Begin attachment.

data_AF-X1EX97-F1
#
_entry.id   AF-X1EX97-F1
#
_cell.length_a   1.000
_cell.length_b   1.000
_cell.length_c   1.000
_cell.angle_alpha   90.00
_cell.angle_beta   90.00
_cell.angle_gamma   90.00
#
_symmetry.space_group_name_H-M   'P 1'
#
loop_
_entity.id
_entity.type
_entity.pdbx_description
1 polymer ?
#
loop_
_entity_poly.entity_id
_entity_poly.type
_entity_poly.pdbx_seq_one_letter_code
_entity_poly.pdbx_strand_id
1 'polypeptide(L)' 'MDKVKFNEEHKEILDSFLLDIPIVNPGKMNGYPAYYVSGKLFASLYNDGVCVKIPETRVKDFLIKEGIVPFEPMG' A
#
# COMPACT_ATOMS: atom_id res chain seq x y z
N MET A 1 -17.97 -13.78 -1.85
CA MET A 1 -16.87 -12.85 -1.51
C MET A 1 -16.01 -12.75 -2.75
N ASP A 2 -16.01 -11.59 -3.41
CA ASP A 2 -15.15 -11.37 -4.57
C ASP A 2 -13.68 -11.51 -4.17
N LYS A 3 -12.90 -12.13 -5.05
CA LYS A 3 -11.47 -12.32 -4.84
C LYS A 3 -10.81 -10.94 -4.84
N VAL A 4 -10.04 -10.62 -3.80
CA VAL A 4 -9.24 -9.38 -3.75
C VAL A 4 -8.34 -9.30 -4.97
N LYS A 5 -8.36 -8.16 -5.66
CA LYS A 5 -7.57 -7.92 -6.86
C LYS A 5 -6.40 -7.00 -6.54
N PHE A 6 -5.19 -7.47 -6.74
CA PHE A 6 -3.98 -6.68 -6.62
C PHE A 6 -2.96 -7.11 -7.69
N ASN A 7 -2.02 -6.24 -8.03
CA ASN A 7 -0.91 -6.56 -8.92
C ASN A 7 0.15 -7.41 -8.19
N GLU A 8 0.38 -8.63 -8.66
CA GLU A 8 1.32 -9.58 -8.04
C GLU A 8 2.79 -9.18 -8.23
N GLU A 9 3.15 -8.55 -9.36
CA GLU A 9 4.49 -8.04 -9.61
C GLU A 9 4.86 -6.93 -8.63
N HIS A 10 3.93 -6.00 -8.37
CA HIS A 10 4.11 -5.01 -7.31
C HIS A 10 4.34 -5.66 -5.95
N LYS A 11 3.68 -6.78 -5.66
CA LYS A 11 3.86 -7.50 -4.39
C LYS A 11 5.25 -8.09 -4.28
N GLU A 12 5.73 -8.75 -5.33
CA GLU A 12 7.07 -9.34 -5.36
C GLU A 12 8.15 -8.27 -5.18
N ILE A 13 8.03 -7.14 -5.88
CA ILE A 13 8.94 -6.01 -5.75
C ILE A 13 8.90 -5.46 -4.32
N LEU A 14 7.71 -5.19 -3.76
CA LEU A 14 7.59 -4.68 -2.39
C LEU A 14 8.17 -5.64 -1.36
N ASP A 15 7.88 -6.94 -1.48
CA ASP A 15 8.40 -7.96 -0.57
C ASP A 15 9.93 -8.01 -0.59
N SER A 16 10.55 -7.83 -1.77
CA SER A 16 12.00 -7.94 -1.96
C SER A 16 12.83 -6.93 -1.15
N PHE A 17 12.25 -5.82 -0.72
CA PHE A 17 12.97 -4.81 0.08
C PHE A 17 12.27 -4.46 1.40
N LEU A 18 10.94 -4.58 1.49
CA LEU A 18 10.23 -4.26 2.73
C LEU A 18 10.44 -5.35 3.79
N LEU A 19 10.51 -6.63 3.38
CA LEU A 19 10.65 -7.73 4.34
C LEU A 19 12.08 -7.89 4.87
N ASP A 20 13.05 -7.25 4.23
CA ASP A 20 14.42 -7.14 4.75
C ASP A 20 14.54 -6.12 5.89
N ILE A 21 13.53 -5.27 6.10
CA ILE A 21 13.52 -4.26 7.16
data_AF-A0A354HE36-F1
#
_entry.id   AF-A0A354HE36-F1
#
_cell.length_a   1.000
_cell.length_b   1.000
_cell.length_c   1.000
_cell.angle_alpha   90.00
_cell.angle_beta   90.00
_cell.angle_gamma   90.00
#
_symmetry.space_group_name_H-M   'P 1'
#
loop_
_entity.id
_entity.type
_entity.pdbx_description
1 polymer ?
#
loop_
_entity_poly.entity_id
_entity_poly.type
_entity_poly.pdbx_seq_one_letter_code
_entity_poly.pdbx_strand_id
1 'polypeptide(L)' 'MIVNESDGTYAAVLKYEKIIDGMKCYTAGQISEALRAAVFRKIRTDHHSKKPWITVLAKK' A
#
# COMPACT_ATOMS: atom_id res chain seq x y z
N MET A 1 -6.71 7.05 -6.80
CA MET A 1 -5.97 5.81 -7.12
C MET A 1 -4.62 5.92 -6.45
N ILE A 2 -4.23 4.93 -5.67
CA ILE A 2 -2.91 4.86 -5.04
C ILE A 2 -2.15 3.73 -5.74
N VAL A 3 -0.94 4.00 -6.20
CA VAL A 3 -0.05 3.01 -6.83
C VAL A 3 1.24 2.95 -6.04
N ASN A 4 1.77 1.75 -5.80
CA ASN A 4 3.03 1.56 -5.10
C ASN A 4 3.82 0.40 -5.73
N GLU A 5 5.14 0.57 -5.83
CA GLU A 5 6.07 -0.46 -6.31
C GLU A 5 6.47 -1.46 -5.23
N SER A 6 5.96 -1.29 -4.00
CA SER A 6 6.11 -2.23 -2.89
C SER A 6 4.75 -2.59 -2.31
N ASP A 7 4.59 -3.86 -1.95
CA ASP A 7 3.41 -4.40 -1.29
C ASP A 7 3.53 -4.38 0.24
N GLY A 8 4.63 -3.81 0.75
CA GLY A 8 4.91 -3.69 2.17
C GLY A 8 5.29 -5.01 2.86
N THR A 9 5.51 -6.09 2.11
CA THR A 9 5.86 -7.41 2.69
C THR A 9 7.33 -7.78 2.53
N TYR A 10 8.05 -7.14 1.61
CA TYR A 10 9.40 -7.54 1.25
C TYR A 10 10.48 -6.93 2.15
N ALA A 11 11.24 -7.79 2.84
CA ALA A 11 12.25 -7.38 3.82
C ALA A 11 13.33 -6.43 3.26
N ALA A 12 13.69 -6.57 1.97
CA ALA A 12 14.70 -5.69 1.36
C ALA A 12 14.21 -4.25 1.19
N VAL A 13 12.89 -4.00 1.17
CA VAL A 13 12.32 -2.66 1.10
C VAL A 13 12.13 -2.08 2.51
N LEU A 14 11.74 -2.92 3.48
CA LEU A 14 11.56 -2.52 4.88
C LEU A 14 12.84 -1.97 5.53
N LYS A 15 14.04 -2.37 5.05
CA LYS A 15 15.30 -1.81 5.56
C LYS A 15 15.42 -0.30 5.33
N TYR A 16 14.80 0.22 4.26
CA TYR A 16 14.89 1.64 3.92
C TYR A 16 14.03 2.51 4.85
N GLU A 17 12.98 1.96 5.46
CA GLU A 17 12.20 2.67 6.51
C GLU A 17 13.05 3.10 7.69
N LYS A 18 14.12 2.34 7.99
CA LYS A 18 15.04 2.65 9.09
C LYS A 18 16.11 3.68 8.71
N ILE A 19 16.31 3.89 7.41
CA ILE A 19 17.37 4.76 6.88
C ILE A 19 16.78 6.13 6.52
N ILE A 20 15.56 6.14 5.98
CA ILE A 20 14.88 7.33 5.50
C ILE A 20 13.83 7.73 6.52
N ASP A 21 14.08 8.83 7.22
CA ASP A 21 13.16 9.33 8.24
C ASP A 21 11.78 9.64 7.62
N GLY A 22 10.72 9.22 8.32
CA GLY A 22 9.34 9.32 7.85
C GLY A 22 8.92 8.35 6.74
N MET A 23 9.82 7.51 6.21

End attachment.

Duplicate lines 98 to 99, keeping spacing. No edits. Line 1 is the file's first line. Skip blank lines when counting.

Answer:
_cell.angle_beta   90.00
_cell.angle_gamma   90.00